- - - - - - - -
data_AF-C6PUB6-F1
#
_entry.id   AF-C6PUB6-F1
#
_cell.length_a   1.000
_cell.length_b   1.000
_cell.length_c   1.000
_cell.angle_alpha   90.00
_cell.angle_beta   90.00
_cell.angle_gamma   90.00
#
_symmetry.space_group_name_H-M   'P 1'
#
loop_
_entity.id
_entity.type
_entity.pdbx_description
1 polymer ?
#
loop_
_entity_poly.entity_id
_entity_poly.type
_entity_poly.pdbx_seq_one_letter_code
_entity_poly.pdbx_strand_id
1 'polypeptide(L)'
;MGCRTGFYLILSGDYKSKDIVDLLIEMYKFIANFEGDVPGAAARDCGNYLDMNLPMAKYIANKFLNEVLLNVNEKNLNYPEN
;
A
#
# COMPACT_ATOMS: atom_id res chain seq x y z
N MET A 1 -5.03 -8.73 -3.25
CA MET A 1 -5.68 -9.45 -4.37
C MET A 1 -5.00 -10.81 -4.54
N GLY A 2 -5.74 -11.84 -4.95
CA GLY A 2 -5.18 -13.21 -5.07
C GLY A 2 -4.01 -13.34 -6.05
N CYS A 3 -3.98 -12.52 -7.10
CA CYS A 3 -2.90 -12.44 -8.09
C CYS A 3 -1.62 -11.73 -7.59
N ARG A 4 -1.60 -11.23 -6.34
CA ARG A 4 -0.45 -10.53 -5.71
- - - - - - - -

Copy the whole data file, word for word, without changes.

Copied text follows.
data_AF-C6PUB6-F1
#
_entry.id   AF-C6PUB6-F1
#
_cell.length_a   1.000
_cell.length_b   1.000
_cell.length_c   1.000
_cell.angle_alpha   90.00
_cell.angle_beta   90.00
_cell.angle_gamma   90.00
#
_symmetry.space_group_name_H-M   'P 1'
#
loop_
_entity.id
_entity.type
_entity.pdbx_description
1 polymer ?
#
loop_
_entity_poly.entity_id
_entity_poly.type
_entity_poly.pdbx_seq_one_letter_code
_entity_poly.pdbx_strand_id
1 'polypeptide(L)'
;MGCRTGFYLILSGDYKSKDIVDLLIEMYKFIANFEGDVPGAAARDCGNYLDMNLPMAKYIANKFLNEVLLNVNEKNLNYPEN
;
A
#
# COMPACT_ATOMS: atom_id res chain seq x y z
N MET A 1 -5.03 -8.73 -3.25
CA MET A 1 -5.68 -9.45 -4.37
C MET A 1 -5.00 -10.81 -4.54
N GLY A 2 -5.74 -11.84 -4.95
CA GLY A 2 -5.18 -13.21 -5.07
C GLY A 2 -4.01 -13.34 -6.05
N CYS A 3 -3.98 -12.52 -7.10
CA CYS A 3 -2.90 -12.44 -8.09
C CYS A 3 -1.62 -11.73 -7.59
N ARG A 4 -1.60 -11.23 -6.34
CA ARG A 4 -0.45 -10.53 -5.71